- Local Knowledge – Ask around and speak to other climbers, they may have done the route recently and have some useful knowledge. Good places to meet fellow climbers are at the Maison des Guides and Office de Haute Montagnes (both located in the same square as the Tourist Office and church). Bars commonly frequented by gnarly mountain types are the Bistro des Sports and Elevation.
- The Office de Haute Montagne (OHM) - Located opposite the Tourist Office in the town centre, a visit here is a must for any climbers in the area. Knowledgeable staff, maps, guide books, and a “Cahier de Course” (routes book) mean that a trip here is rarely a wasted journey.
- Local Mountain Guides - Guides will often have a good idea of whether a route will be in condition or not.
- Guide Books & Maps - Check all of them as descriptions of the same route can vary considerable from one guide to another. It’s worth checking when the guides were written to see which is likely to be the most up to date. To save carrying the book on the route, either write out the route description or get a photocopy. A decent map is indispensable, even if you think you know the area well.
Unfortunately the popularity of climbing in the Chamonix area now means that some routes can get extremely busy. If you find yourself in a queue or a busy part of the route just remember the following:
- Always be polite
- Try and find out which language is understood by the majority of people there in case you need to explain or discuss anything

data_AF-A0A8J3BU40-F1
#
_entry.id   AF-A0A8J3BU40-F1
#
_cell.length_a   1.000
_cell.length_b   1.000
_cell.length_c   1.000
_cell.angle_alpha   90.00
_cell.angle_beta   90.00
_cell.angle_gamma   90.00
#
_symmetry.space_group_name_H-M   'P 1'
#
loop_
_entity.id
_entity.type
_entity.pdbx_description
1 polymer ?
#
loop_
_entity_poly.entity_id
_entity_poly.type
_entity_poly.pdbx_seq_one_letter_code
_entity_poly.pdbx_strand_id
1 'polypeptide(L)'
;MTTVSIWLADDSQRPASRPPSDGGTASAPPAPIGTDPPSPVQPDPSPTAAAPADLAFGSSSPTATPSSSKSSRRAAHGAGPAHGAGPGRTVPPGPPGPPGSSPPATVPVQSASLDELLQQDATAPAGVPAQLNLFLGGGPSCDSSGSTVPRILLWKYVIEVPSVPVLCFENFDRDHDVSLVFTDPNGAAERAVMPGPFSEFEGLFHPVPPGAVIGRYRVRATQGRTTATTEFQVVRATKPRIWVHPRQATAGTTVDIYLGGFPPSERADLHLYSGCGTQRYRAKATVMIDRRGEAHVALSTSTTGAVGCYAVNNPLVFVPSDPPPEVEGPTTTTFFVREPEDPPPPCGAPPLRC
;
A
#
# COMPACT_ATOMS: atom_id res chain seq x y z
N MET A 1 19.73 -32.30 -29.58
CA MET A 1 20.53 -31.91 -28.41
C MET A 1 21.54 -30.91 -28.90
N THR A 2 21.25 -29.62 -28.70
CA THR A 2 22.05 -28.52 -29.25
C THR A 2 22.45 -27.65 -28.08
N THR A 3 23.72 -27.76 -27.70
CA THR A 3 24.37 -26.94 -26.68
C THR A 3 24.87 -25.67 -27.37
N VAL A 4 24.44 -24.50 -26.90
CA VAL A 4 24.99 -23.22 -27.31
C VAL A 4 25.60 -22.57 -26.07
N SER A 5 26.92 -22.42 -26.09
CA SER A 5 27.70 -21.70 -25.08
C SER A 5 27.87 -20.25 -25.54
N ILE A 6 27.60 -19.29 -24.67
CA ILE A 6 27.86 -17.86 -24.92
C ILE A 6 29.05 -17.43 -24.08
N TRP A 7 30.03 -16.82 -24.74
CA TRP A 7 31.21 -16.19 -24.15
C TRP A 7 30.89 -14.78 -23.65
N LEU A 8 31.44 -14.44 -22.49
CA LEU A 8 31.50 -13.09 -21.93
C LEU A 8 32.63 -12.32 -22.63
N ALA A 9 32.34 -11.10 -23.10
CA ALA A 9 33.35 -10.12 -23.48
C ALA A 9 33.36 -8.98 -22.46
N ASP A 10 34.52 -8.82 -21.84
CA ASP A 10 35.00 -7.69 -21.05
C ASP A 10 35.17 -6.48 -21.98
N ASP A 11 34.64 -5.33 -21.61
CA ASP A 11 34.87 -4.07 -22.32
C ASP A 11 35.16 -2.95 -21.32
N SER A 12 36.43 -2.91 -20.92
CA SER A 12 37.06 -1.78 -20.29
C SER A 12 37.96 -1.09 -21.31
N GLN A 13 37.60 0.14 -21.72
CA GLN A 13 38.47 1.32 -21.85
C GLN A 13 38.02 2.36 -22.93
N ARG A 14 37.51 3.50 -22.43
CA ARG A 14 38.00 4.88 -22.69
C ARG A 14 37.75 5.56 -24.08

- Guides with clients will generally (but not always) be quicker than you. It may be better to let them past to help alleviate the queue. They’ll often know the route well and may even help prevent you getting lost
- Don’t try and pass other groups unless it is safe to do so. Remember that falling off may not just injure you, but may knock other parties off too
- Try and look at the route ahead to prevent logjams wherever possible
- Extend the same courtesy to others that you would expect yourself
- Remember that parties descending will usually be quicker than those going up. It may be better to wait for a few seconds to allow a team to descend past you rather than make them wait several minutes while you climb past them
In the event of an accident, you should first of all assess the situation. It is safe for you to help or are you putting yourself in unreasonable danger by trying to help ? Move any casualties to a safe position (if reasonable to do so), and administer First Aid. If required, call the emergency Services using the numbers below:
|Rescue Service||Telephone Number|
France (& International) Mountain Rescue (PGHM)
Compagnie des Guides Chamonix
Maison de la Montagne Chamonix
+33 (0)4 50 56 16 89
+33 (0)4 50 53 00 88
+33 (0)4 50 53 22 57
+33 (0)4 50 53 84 00
When you telephone, be prepared to give the following information:
- Who? Your name and the telephone number you are calling from.
- What? Type of accident, number of victims, seriousness, type of injuries etc.
- Where? Your location, including the route you are on and your altitude.
- When? Time of accident.
- Weather? Always include wind speed (in km/h) and visibility.
Helicopter rescue around Chamonix can be exceptionally fast and the pilots are used to extracting people from highly inaccessible places. If you are involved in an accident or witness one, don’t hesitate to ring for rescue if you need one. The rescue services are professionals and are happy to be used. If someone you know is rescued they will either be taken to the hospital in Chamonix or directly to Sallanches hospital or if need for medical assistance then the heliport in Les Praz.
NB – If you phone for a helicopter, remember to make the area as safe as possible before it arrives. Loose ropes, clothing, hats etc should all be packed away. The wind from the rotors can cause these to be blown around and they can interfere with the rotors and the engine with catastrophic consequences!
If you are unfortunate enough to end up at the Hospital for treatment, remember your European Health Insurance Card (EHIC), your insurance documents and passport. In an emergency these documents should be brought to the hospital as soon as possible by a friend.